The Best of the 2010s – Henry

I’m starting off by breaking the rules a bit and listing 26 instead of the 25 we agreed each of these lists would be because rather than continuing to switch two of them every few hours to try and get the best version of this list, I figured I’m the editor-in-chief here and that’s gotta be enough to let me change the rules sometimes.

These first 16 are listed alphabetically. The top 10 are ranked.

Ad Astra

Amour

Birdman

Crazy Stupid Love

The Handmaiden

Holy Motors

Interstellar

The Irishman

Marriage Story

The Martian

Paddington 2

Roma

Shoplifters

Son of Saul

Spring Breakers

Uncut Gems

10. Loving Vincent

Watching this, I felt what I imagine people felt when they first saw Toy Story. It’s an animated film, yes, but the medium was changed to be something entirely new (though in this case it was also something very old) and to challenge conceptions of what an animated film can be. As someone who is quite fond of Vincent van Gogh’s works, this was an absolute treat.

9. Upstream Color

Shane Carruth is about the closest to pure auteur theory that it gets and, whether it’s a theory you subscribe to or not, his film about lives intertwined by parasites, pigs, and flowers is a brand of strange that certainly no one else could have come up with. Upstream Color is a film so strange and nonsensical that perhaps nothing else has ever made any more sense than it does.

8. The Tree of Life

Few films have ever attempted the scale The Tree of Life encompasses, spanning the beginning of the universe to modern times, yet fewer still have had the intimate emotional impact of The Tree of Life. Scenes of children realizing their parents are not infallible and of adults facing mortality unfold alongside scenes of CGI dinosaurs and make even the smallest moments in life seem as important as the universe changing events.

7. Certified Copy

Is a copy of art valuable? Is the original being copied simply a copy of reality? Is reality simply a copy of another reality? Does anything have value other than what we choose to ascribe to it? These are a few of the questions this film attempts to answer on the streets of cities I used to live in.

6. La La Land

The best musical this side of Singin’ in the Rain. Maybe the best musical, period. It’s such fun to watch as it captures the joy and despair of following your dreams. Somehow it gets more rewarding every single time I watch it and it started off exceedingly strong.

5. Life Itself

This site wouldn’t exist without Roger Ebert and neither would most like it or the reviews and essays they contain. This documentary is a confronting look at his life and how he changed film criticism and film. It has many moments that are absolutely devastating to experience but is also one of the most uplifting films I have ever seen. In one of my favorite of his writings, Ebert talked about the concept of elevation and, as this film caused me to experience it and I can never hope to be as exemplary a writer as he was, I’ll go on and share what he had to say here.

4. Uncle Boonmee Who Can Recall His Past Lives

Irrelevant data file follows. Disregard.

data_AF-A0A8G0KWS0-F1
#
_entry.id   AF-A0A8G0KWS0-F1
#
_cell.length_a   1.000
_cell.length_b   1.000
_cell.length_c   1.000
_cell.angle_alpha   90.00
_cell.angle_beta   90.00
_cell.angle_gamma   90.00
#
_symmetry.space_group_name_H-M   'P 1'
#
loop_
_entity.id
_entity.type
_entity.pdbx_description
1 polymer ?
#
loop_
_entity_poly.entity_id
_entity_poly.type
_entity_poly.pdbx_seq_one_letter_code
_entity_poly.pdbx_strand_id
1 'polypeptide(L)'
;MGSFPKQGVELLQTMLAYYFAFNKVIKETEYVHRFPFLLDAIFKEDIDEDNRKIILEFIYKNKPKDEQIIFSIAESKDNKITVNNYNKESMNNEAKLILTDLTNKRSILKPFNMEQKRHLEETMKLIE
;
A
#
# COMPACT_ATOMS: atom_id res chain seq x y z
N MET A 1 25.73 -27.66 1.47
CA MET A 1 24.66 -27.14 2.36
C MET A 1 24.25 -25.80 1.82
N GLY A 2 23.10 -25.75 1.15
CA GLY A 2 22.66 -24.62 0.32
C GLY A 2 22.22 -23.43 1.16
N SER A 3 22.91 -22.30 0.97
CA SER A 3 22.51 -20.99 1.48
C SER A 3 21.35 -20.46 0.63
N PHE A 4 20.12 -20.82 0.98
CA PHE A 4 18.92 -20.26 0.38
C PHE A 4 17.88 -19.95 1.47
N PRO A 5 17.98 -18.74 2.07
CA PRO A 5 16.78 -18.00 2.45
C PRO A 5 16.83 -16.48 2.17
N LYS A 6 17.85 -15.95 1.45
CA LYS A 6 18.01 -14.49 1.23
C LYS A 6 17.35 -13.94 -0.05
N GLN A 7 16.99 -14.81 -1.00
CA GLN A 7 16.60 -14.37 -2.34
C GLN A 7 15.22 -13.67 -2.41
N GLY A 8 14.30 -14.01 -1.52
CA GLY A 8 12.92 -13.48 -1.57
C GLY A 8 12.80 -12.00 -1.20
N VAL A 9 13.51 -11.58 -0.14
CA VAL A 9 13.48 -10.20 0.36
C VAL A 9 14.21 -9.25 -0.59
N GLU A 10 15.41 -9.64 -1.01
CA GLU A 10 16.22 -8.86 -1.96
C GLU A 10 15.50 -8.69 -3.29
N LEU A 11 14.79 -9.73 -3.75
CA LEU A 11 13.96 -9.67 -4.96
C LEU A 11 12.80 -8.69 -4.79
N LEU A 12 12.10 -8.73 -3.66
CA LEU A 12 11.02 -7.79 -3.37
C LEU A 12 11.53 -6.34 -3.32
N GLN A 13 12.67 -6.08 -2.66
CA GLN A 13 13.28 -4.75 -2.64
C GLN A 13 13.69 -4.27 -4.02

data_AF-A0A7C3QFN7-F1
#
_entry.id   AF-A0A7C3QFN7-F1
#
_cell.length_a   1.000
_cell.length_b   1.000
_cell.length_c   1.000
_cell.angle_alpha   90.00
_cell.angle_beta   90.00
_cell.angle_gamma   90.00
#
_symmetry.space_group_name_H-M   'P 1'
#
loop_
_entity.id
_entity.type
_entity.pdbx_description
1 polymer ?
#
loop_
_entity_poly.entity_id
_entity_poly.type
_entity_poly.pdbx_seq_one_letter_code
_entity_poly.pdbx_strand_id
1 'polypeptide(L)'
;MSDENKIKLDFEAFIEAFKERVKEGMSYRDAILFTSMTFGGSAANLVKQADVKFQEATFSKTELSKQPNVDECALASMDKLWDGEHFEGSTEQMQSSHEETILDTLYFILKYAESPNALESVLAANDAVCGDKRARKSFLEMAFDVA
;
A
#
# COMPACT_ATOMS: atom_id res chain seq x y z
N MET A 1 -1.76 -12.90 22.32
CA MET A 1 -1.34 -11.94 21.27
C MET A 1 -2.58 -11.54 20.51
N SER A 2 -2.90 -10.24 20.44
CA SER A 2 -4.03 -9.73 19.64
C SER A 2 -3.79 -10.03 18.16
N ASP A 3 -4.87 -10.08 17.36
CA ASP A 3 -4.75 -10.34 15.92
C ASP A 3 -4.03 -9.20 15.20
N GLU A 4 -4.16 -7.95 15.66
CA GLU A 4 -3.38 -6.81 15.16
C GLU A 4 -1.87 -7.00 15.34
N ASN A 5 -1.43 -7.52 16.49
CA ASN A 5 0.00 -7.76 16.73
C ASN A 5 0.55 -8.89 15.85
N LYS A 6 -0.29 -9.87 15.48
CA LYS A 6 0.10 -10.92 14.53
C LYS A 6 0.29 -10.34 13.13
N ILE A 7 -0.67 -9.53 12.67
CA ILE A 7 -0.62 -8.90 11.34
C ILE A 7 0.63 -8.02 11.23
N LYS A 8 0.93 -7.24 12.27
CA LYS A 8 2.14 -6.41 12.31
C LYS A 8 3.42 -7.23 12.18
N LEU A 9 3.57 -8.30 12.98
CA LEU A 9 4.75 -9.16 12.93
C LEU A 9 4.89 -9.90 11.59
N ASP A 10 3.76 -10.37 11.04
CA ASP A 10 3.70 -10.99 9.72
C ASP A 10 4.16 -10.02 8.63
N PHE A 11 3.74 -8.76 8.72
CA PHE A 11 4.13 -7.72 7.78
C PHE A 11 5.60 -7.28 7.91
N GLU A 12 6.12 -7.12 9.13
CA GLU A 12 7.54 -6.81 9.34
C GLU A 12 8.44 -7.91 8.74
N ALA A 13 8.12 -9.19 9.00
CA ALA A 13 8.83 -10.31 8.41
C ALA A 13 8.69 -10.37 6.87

Abstract and hypnotic to the extreme, the 2010 Palme d’Or winner is a meditative look at mortality and reincarnation that truly challenged my conceptions about what comes next and what came before in a way few other works of art have.

3. Magic Mike XXL

A plethora of genres and ideas all come together to make a film that mostly forgoes plot for a series of somewhat interconnected vignettes about male strippers and the people they encounter all looking for redemption and a last hurrah while performing amazingly choreographed dances to songs I’ll never hear the same way again. Simply the most fun a movie can be.

2. The Great Beauty

Any film set in Rome seems to get a bump in my ratings (La Dolce Vita is my all time favorite after all) but this is certainly among the best. It’s a very free-form tonal mood piece about the excesses of the wealthy in Rome and the search for the great beauty which allows it to seamlessly transition between depressingly melancholic and philosophical and unbounded joy in the same scenes. Sometimes a film feels like it was made just for me and this is one of those times. One of the rare instances where I would feel comfortable calling something a perfect film.

1. Portrait of a Lady on Fire

To those of you who have encountered me in any way recently, whether online or in person, it should come as no surprise that I’m naming Portrait of a Lady on Fire the best film of the decade (especially because I initially said I would do that more than three months ago and have repeated it regularly ever since). It is a rare and astounding thing for a film to come into your life at the perfect time and tell you exactly what you need to hear but when I first saw it at Cannes, it certainly did that. As I have continued to go on with my life and situations have changed somewhat, each of my three subsequent rewatches of the film have continued to provide the perfect catharsis and further solidified its place in my mind as one of the greatest films I have ever seen. It would initially seem like a simple doomed love story but it is made with such precision from all involved that it truly transcends any label that could be put on it and becomes a work of art and beauty to rival any masterpiece in any medium. A masterpiece in every sense of the word.



The Best of the Decade

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